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US3336597A - Master piston actuator - Google Patents

Master piston actuator

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Publication number
US3336597A
US3336597A US46507665A US3336597A US 3336597 A US3336597 A US 3336597A US 46507665 A US46507665 A US 46507665A US 3336597 A US3336597 A US 3336597A
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Prior art keywords
hydraulic
piston
pistons
actuator
means
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Clarence C Fay
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Clarence C Fay
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    • BPERFORMING OPERATIONS; TRANSPORTING
    • B60VEHICLES IN GENERAL
    • B60TVEHICLE BRAKE CONTROL SYSTEMS OR PARTS THEREOF; BRAKE CONTROL SYSTEMS OR PARTS THEREOF, IN GENERAL; ARRANGEMENT OF BRAKING ELEMENTS ON VEHICLES IN GENERAL; PORTABLE DEVICES FOR PREVENTING UNWANTED MOVEMENT OF VEHICLES; VEHICLE MODIFICATIONS TO FACILITATE COOLING OF BRAKES
    • B60T11/00Transmitting braking action from initiating means to ultimate brake actuator without power assistance or drive or where such assistance or drive is irrelevant
    • B60T11/10Transmitting braking action from initiating means to ultimate brake actuator without power assistance or drive or where such assistance or drive is irrelevant transmitting by fluid means, e.g. hydraulic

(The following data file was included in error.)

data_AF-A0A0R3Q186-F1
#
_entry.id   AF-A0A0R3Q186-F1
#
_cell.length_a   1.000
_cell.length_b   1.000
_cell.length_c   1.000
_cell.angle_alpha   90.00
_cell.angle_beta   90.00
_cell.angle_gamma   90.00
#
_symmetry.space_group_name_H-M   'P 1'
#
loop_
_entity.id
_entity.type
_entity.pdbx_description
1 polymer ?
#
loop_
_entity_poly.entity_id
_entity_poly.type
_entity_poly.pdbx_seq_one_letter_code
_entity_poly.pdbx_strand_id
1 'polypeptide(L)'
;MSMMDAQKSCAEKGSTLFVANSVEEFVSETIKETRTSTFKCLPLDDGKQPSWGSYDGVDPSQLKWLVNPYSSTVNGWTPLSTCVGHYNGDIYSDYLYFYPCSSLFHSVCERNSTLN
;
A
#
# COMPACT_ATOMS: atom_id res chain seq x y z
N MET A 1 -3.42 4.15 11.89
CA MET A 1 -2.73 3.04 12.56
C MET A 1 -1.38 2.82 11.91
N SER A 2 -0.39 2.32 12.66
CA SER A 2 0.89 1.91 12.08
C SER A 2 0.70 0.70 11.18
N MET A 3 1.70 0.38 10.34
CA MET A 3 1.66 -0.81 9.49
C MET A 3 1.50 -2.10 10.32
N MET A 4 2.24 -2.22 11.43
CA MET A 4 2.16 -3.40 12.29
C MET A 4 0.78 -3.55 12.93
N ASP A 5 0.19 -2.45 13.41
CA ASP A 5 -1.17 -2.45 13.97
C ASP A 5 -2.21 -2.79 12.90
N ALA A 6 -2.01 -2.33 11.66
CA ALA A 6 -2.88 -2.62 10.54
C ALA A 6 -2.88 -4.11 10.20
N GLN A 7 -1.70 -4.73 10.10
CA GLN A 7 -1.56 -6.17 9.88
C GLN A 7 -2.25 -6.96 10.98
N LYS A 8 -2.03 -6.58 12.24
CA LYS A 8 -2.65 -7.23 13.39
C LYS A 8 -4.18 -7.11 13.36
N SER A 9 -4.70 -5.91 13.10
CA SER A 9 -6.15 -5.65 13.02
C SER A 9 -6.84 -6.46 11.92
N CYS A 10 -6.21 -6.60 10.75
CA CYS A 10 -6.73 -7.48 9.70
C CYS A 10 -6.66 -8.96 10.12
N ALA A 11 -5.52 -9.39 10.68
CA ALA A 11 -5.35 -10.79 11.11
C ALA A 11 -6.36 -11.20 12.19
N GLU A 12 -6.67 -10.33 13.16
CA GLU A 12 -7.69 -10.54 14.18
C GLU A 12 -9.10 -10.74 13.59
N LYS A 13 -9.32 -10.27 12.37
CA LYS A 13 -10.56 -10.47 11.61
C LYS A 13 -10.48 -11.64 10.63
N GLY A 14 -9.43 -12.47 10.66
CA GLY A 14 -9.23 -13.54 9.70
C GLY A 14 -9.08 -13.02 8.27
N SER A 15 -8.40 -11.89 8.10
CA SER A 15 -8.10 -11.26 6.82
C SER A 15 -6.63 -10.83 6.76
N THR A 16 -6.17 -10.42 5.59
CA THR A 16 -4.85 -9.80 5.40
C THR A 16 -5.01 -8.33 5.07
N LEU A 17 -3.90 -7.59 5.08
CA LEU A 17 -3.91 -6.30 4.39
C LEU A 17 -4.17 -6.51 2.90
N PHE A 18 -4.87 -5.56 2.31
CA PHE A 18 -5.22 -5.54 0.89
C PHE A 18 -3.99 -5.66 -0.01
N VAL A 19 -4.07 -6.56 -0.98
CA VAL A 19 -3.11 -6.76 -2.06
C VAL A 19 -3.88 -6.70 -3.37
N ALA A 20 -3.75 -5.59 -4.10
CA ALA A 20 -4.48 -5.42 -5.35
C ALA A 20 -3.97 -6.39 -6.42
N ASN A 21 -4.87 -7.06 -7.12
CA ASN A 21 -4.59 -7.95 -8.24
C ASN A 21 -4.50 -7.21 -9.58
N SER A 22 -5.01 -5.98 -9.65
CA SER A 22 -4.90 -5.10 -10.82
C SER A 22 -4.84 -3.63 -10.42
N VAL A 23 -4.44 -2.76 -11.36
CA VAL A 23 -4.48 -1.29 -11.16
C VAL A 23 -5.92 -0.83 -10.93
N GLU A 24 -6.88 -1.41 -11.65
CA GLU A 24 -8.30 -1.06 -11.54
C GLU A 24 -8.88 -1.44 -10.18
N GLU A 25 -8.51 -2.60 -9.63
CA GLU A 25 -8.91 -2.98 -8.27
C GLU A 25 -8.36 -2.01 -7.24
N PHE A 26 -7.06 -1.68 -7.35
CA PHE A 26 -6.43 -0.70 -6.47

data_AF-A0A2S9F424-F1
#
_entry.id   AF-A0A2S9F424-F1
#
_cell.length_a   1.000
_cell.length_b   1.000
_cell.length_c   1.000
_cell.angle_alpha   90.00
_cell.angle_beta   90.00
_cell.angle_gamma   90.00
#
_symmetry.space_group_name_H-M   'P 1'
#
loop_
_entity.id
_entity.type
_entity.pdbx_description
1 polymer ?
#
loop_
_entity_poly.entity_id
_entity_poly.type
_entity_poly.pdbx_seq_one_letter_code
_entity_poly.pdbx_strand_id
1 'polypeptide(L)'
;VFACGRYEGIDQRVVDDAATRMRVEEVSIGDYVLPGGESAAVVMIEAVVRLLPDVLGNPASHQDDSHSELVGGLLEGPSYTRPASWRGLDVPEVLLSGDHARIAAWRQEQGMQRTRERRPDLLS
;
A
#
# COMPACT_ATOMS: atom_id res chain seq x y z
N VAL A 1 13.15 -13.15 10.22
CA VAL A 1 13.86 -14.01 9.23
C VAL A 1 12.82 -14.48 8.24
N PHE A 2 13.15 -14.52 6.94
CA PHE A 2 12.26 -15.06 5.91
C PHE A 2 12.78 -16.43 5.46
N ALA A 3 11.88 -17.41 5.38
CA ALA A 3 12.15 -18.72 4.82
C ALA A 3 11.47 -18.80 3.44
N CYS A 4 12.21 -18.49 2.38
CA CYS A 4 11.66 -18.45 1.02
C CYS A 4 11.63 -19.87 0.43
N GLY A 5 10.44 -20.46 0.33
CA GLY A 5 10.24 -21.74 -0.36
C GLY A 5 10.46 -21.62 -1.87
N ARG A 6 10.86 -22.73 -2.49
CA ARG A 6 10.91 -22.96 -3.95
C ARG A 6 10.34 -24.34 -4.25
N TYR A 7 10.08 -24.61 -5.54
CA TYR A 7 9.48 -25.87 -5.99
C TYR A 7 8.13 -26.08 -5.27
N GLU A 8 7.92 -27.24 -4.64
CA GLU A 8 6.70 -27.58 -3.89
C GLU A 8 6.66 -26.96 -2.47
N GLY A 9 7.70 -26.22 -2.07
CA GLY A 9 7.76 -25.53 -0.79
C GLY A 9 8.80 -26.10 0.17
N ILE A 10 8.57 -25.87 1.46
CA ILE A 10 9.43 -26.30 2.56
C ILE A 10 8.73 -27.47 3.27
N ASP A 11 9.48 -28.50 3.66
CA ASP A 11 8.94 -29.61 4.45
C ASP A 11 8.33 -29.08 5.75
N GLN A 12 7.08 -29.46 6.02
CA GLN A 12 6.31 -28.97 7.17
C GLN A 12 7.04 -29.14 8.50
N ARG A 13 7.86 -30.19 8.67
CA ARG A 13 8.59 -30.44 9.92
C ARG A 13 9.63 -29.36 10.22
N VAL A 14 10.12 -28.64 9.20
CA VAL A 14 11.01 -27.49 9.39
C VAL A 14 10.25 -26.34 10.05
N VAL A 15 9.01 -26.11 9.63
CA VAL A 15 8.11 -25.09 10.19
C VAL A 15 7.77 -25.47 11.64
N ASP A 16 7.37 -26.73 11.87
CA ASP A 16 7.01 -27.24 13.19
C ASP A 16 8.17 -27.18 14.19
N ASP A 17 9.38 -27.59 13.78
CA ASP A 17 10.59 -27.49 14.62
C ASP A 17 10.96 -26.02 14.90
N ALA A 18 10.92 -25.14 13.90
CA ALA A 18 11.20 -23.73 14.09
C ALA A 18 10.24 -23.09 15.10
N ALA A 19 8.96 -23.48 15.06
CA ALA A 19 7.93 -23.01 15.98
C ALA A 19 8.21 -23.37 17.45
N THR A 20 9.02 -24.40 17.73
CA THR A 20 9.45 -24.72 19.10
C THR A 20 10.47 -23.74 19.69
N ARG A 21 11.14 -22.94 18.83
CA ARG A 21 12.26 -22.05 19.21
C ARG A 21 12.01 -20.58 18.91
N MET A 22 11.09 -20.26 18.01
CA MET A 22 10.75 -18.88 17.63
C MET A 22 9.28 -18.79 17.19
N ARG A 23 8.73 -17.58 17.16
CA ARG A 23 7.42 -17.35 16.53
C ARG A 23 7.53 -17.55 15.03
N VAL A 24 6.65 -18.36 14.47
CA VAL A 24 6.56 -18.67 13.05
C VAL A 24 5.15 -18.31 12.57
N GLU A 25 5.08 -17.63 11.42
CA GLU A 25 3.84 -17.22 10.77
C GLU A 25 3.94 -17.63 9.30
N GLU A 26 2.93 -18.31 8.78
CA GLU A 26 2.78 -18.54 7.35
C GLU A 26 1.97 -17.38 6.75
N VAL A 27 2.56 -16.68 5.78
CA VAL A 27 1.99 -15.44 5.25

• B60T11/16Master control, e.g. master cylinders
    • B60T11/22Master control, e.g. master cylinders characterised by being integral with reservoir
    • BPERFORMING OPERATIONS; TRANSPORTING
    • B60VEHICLES IN GENERAL
    • B60TVEHICLE BRAKE CONTROL SYSTEMS OR PARTS THEREOF; BRAKE CONTROL SYSTEMS OR PARTS THEREOF, IN GENERAL; ARRANGEMENT OF BRAKING ELEMENTS ON VEHICLES IN GENERAL; PORTABLE DEVICES FOR PREVENTING UNWANTED MOVEMENT OF VEHICLES; VEHICLE MODIFICATIONS TO FACILITATE COOLING OF BRAKES
    • B60T11/00Transmitting braking action from initiating means to ultimate brake actuator without power assistance or drive or where such assistance or drive is irrelevant
    • B60T11/10Transmitting braking action from initiating means to ultimate brake actuator without power assistance or drive or where such assistance or drive is irrelevant transmitting by fluid means, e.g. hydraulic
    • B60T11/16Master control, e.g. master cylinders
    • B60T11/20Tandem, side-by-side, or other multiple master cylinder units
    • B60T11/203Side-by-side configuration
    • B60T11/206Side-by-side configuration with control by a force distributing lever

Description

Aug. 15, c c. Y

MASTER PI STON ACTUATOR Filed June 18, 1965 4 Sheets-Sheet 2 INVENTOR CLARENCE C. FAY

5.1 .5 I BY M 0 ATTORNEYS Aug. 15, 1967 c. c. FAY 3,336,597

MASTER PI STON ACTUATOR Filed June 18, 1965 4 Sheets-Sheet 3 INVENTOR CLARENCE C. FAY

ATTORNEYS Aug. 15, 1967 c. c. FAY 3,336,597

MAS TER PISTON ACTUATOR Filed June 18, 1965 4 Sheets-Sheet 4 INVENTOR CLARENCE C. FAY

BY/MI m 9W ATTORNEYS United States Patent 3,336,597 MASTER PISTON ACTUATOR Clarence C. Fay, 17211 Edgewater Drive, Lakewood, Ohio 44107 Filed June 18, 1965, Ser. No. 465,076 16 Claims. (Cl. 60--54.6)

This invention relates to hydraulic systems, and more particularly to plural isolated systems operated by a single manual or pedal operator and means for equalizing the force applied to each of such systems. This invention will be described in relation to a dual hydraulic braking system particularly useful in automotive vehicles, for example, trucks, cars, etc. it being understood, however, that this invention is applicable in any hydraulically operated mechanism which employs plural hydraulic control systems, e.g. hydraulic earth mover controls.